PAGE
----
What impact will Super Bowl-winning head coach Mike McCarthy have on the Cowboys from a fantasy perspective? If you missed the previous two articles, be sure to check them out:
Fantasy implications for the Panthers
Fantasy implications for the Browns
I would be shocked if Dak Prescott wasn’t back in Dallas next season, so assuming he’s under center (whether it be on the franchise tag or a long-term deal), the former NFL Offensive Rookie of the Year should be set up for success under McCarthy. The new Cowboys head coach helped guide four seasons of 38+ touchdown passes with single-digit interceptions out of Aaron Rodgers in Green Bay, and the weapons for Dallas are comparable to the core of Jordy Nelson, Davante Adams, and Randall Cobb (or Nelson, Greg Jennings, and Donald Driver in prior years).
Plus, offensive coordinator Kellen Moore being retained will create added familiarity for Prescott, who has the intelligence and versatility to thrive in any system. It will be interesting to see how the ideas of the staff blend together, but talk of McCarthy being “bland” at the end of his Packers tenure is overblown. I expect Dak to lead a passing attack that will spread the ball around to Amari Cooper, Michael Gallup, and Randall Cobb; another top-five fantasy finish is certainly possible.
The only way the outlook for Ezekiel Elliott would have changed much based on the next head coach would have been if Dallas ended up trading for Mike Zimmer or hiring someone else that wants to run, run, and run some more. Still, while McCarthy definitely leans towards more of a pass-happy attack, he’s mostly preferred to use a feature back when possible (Aaron Jones wasn’t viewed as a guy that he could count on in all situations two years ago). Most notably, Ryan Grant handled 300+ touches in back-to-back seasons early in his career before injuries set in, and Eddie Lacy totaled 1,435 yards and 11 touchdowns on 319 touches as a rookie in 2013.
Of course, Zeke is on a different level as a complete football player behind a dominant offensive line, and he should be a lock for the fourth 350-touch campaign in five years. We won’t know until next fall, but I would assume Tony Pollard will again be little more than a premium handcuff, as the Cowboys are going to feed Elliott on a team they expect to compete for a Super Bowl.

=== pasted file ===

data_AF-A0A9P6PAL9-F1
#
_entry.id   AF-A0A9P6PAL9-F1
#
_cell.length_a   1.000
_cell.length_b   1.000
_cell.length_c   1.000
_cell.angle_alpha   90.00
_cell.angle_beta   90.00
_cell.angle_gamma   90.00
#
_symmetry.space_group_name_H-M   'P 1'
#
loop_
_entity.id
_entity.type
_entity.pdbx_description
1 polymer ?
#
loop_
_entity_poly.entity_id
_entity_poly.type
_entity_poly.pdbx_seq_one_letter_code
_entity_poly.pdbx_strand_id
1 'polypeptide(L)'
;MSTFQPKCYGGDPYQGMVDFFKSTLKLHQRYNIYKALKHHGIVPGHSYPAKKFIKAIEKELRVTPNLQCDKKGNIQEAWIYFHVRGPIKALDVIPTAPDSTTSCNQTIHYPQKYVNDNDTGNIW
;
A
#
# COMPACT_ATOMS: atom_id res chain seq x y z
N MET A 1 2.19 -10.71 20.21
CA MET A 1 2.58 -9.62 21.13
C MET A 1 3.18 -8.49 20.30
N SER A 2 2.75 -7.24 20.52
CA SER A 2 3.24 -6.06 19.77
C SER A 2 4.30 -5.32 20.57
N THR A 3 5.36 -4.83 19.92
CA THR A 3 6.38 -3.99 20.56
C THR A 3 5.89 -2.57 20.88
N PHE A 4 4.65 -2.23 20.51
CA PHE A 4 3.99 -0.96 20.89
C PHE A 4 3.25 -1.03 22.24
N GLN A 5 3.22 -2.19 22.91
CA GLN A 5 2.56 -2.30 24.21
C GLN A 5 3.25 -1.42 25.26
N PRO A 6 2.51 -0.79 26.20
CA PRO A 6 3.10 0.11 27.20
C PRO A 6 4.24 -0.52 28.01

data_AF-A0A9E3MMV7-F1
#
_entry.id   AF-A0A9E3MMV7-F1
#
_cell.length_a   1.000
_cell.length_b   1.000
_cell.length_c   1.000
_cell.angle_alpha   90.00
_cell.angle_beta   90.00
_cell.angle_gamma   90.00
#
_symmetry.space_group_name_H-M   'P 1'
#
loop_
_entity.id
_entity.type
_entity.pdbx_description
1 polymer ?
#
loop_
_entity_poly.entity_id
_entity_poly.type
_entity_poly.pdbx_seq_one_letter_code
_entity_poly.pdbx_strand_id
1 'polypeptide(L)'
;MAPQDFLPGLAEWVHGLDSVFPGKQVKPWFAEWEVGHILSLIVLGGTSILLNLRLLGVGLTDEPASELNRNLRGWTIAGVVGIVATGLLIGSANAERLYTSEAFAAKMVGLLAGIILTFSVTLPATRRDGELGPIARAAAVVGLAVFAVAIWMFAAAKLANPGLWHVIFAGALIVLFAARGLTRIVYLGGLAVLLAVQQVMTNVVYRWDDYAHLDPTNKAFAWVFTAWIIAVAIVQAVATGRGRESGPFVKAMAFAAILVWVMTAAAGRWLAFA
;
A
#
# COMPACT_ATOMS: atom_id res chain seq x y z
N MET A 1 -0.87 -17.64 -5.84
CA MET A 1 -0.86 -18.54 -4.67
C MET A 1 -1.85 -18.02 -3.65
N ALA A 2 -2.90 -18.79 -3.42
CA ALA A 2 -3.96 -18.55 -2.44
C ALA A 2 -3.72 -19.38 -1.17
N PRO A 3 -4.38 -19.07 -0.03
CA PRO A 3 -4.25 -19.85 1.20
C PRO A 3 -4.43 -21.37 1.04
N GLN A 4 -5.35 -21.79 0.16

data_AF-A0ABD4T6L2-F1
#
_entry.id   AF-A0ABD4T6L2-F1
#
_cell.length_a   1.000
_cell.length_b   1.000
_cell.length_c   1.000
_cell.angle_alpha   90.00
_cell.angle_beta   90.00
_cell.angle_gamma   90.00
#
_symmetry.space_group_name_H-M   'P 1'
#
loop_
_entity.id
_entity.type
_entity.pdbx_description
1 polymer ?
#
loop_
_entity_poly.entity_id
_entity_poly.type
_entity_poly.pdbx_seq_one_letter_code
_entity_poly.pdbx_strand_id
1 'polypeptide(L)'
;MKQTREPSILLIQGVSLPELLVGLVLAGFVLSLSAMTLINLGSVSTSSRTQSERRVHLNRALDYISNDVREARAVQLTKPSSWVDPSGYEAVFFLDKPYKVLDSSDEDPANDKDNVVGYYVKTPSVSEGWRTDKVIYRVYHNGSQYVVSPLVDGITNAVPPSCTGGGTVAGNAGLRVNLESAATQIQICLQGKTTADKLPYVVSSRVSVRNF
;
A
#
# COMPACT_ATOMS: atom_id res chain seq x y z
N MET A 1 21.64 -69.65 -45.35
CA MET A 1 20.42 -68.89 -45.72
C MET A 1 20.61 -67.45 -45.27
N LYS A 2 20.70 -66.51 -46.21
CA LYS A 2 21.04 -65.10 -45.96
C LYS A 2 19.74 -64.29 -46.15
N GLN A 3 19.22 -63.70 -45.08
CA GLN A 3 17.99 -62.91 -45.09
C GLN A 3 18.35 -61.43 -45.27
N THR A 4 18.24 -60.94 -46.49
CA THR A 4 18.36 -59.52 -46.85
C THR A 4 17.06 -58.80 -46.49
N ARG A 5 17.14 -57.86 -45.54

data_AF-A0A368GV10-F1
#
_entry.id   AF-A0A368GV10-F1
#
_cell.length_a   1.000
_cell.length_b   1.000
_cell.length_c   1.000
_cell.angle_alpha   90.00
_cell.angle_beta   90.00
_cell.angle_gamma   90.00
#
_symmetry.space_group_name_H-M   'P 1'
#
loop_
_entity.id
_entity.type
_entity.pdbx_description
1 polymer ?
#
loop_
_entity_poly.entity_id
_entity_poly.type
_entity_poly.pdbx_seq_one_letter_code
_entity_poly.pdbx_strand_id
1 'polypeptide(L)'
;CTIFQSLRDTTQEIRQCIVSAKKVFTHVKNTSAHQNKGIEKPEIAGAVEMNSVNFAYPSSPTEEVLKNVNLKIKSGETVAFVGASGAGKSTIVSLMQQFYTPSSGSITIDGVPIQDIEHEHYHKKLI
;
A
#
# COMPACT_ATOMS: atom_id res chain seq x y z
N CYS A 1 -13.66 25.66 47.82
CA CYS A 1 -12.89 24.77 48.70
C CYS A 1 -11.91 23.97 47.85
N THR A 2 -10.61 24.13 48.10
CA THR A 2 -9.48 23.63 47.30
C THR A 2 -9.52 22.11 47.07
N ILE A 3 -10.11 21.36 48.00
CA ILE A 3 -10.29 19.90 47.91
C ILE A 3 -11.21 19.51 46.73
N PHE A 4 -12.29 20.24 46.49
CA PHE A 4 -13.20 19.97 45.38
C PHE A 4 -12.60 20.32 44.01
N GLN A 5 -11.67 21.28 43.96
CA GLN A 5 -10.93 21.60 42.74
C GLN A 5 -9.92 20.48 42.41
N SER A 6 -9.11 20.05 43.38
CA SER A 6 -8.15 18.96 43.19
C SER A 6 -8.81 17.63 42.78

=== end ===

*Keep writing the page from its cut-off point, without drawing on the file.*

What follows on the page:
Playing with a future Hall of Fame quarterback and their own individual talent obviously had a lot to do with it, but Jordy Nelson (three), Greg Jennings (two), Davante Adams (two), and Randall Cobb (one) all had double-digit touchdown seasons in McCarthy’s offense, and Amari Cooper should view the team’s new head coach as another reason to re-sign on a long-term deal this offseason. Despite battling injuries and having multiple duds throughout the year, Cooper finished with a 79/1,189/8 line in 2019, including a career-high 15.1 yards per reception. If he is back, Cooper should remain a WR1 option with high-end upside considering his chemistry with Prescott.
Michael Gallup should also be happy about the Cowboys hiring McCarthy, and he would skyrocket to WR1 territory if Cooper ends up signing elsewhere. In the “Robin” role, the former third-round pick should be able to build on his 1,107-yard, six-touchdown season with, hopefully, more trips to the end zone. Gallup plays slightly bigger than his six-foot-one frame and could reach new heights in an offense that wants to feature perimeter receivers.
Turning 30 in August, Randall Cobb is now six years removed from his breakout season of 91 receptions, 1,287 yards, and 12 touchdowns under McCarthy, but he showed he still has plenty left in the tank with 828 yards and a career-high 15.1 yards per reception last year. If the Cowboys want to bring him back, I think there will be enough targets to go around for Cobb to draw weekly FLEX consideration, but what the team does at tight end will be telling.
It didn’t quite feel like a 100% certainty that Jason Witten was going to retire for good following a 2019 season that fell short of expectations, but I would be surprised if he returned to the team as their No. 1 option at tight end. Overall, the franchise has a chance to completely reset the position to grow with the rest of their offensive core, though the other weapons McCarthy, Moore, and Prescott have to work with makes it unlikely that a newcomer—whether free agent or draft pick—would be able to be a big-time statistical contributor in 2020.
McCarthy is terrible.
I am very excited for this offense.